The Classic Comprehensive Handbook of Cat Care
What to Do When Your Cat Is Sick: ear swellings
Swellings on cats’ ears are usually abscesses. In a few cases they are hematomas (accumulations of blood under the skin) caused by trauma to the ear—such as excessive ear scratching and head shaking accompanying untreated otitis externa, or by fights. If there is no fever and the swelling is not draining, an abscess may be indistinguishable from a hematoma without examination of the contents by a veterinarian.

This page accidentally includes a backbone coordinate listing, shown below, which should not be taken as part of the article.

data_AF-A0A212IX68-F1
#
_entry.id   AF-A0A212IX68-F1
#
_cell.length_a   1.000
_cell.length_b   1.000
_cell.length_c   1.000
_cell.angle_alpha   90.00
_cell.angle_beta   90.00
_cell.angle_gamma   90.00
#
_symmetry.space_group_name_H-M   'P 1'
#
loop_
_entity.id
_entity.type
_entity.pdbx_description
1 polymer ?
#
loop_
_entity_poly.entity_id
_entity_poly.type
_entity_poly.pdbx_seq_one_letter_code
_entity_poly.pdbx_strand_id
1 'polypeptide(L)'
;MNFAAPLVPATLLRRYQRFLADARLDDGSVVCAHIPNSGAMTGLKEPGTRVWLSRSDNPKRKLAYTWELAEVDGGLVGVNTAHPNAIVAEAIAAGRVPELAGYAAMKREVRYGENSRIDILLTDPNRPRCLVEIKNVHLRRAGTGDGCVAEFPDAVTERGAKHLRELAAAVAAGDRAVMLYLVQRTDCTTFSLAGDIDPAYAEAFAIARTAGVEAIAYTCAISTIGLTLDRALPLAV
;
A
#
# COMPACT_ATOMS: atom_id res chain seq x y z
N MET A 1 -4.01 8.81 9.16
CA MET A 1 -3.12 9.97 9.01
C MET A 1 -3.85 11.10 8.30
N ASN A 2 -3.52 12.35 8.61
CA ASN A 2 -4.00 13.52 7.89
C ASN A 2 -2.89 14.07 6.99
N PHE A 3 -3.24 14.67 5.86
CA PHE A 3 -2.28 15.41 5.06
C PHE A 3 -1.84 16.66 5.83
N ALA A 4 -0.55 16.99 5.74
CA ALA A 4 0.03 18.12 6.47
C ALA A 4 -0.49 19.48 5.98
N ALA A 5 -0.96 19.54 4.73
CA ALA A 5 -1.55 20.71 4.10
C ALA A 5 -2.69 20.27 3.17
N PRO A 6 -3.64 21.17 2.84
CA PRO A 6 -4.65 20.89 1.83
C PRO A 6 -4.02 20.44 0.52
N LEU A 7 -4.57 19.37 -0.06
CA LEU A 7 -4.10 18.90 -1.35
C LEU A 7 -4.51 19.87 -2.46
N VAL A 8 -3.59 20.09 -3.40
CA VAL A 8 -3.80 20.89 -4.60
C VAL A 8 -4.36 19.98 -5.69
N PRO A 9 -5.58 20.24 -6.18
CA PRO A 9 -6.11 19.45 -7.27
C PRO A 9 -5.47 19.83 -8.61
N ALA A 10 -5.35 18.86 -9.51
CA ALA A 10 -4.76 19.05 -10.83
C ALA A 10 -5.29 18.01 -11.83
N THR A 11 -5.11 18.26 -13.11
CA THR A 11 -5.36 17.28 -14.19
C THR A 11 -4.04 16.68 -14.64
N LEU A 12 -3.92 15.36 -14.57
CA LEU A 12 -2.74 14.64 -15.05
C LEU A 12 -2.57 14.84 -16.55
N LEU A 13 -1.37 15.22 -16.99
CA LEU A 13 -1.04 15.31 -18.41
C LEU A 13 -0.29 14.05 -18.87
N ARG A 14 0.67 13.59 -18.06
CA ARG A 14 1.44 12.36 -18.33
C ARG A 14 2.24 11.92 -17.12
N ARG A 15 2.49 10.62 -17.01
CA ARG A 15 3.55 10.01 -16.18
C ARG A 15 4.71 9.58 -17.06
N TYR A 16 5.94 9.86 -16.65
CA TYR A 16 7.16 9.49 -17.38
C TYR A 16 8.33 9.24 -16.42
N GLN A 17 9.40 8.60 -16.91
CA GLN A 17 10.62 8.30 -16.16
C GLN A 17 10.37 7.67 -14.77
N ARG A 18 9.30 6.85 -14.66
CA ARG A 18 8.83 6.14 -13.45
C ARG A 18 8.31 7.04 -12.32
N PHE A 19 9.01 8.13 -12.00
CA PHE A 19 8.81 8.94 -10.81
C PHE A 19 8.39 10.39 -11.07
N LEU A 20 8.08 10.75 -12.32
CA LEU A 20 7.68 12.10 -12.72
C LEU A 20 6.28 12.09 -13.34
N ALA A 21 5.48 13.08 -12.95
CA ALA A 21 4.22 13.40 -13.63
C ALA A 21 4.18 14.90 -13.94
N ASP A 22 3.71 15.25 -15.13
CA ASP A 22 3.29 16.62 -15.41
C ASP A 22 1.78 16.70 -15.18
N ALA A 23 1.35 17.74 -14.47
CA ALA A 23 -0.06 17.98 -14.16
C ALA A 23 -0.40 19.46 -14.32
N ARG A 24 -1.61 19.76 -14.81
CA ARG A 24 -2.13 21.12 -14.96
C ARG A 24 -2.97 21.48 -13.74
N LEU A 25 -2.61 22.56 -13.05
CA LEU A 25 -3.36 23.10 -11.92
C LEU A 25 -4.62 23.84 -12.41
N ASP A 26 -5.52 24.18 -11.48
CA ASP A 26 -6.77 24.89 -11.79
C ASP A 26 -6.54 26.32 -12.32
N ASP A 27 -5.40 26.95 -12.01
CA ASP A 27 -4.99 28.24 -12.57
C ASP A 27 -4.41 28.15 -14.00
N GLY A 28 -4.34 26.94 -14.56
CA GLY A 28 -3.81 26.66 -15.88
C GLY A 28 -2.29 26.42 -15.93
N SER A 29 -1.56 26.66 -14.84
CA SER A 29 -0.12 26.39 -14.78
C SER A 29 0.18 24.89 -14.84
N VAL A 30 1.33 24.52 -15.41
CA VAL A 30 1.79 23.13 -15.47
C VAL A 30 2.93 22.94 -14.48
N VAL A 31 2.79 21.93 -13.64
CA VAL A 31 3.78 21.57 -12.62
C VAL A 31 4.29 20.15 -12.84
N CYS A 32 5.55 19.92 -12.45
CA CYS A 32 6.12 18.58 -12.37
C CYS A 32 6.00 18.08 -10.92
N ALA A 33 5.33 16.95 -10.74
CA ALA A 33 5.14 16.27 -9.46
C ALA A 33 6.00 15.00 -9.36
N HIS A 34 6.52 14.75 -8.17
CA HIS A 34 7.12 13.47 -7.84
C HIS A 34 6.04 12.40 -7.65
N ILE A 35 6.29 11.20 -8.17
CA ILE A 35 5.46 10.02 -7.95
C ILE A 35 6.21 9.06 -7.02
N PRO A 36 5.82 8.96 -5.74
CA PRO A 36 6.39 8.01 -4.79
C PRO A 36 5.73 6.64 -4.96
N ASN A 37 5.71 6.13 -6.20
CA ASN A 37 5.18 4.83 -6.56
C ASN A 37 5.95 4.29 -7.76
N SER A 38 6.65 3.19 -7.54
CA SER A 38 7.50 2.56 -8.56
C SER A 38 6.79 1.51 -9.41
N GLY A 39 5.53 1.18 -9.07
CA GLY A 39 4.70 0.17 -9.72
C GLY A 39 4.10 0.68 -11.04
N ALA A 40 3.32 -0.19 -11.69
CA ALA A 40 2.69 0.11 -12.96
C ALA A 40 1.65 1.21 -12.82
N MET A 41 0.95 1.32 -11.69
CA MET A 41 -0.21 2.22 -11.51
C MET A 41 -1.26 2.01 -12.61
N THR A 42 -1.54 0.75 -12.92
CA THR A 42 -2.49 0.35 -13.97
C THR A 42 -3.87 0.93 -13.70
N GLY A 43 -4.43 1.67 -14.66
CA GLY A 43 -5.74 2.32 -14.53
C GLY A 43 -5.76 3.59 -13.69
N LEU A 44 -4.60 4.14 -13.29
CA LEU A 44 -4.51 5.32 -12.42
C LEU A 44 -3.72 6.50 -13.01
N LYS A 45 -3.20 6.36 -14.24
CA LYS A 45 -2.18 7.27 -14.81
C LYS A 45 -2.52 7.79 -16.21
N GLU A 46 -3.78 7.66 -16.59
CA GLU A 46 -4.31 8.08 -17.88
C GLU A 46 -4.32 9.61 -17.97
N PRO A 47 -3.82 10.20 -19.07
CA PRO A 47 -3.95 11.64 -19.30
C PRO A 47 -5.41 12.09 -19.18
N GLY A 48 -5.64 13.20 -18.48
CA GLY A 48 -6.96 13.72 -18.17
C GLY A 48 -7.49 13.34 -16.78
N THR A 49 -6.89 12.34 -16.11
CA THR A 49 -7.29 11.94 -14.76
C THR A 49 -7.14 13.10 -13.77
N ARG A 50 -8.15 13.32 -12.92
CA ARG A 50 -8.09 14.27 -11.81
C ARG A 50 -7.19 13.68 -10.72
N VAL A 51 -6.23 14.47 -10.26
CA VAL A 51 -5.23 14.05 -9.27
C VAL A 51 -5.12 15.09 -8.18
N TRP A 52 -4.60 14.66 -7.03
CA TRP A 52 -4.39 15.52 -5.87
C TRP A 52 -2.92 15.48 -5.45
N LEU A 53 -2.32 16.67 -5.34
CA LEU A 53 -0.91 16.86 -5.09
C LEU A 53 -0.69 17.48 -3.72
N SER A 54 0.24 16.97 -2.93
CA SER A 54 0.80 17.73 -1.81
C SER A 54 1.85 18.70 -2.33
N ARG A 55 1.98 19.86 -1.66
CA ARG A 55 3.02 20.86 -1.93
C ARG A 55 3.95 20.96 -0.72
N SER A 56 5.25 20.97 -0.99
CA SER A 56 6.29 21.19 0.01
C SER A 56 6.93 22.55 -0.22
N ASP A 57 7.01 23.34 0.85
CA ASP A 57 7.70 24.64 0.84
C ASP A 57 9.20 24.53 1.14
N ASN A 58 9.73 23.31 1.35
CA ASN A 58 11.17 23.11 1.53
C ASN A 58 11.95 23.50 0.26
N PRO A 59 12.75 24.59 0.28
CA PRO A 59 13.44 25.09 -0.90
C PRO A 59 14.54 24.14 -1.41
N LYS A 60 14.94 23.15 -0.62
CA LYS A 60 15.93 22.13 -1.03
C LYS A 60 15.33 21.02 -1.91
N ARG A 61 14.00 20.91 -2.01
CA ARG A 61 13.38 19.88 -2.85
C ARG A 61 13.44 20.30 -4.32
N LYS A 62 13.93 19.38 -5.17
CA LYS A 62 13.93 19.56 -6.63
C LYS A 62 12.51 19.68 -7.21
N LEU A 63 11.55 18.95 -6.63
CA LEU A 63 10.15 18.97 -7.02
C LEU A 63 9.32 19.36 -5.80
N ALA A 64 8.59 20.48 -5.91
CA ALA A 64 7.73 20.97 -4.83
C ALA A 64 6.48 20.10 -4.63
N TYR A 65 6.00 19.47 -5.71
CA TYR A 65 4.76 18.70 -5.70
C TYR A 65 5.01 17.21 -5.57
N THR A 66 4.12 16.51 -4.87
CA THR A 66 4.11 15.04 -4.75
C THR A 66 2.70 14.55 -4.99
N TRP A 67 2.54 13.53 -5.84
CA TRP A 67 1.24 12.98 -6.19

Hematomas must be treated surgically by drainage and suturing to prevent deformity of the ear. Untreated hematomas often result in folding of the pinna. If deformity is of no concern to you, you can allow a hematoma to heal on its own. Just be sure underlying problems such as ear infection are corrected.
Important conditions involving only the nose in cats are rare. A watery or sticky, opaque white to yellow discharge from one or both nostrils is usually accompanied by sneezing and is often a sign of more generalized illness, most often respiratory infection. Feline solar dermatitis can cause damage to the nasal skin. For more information.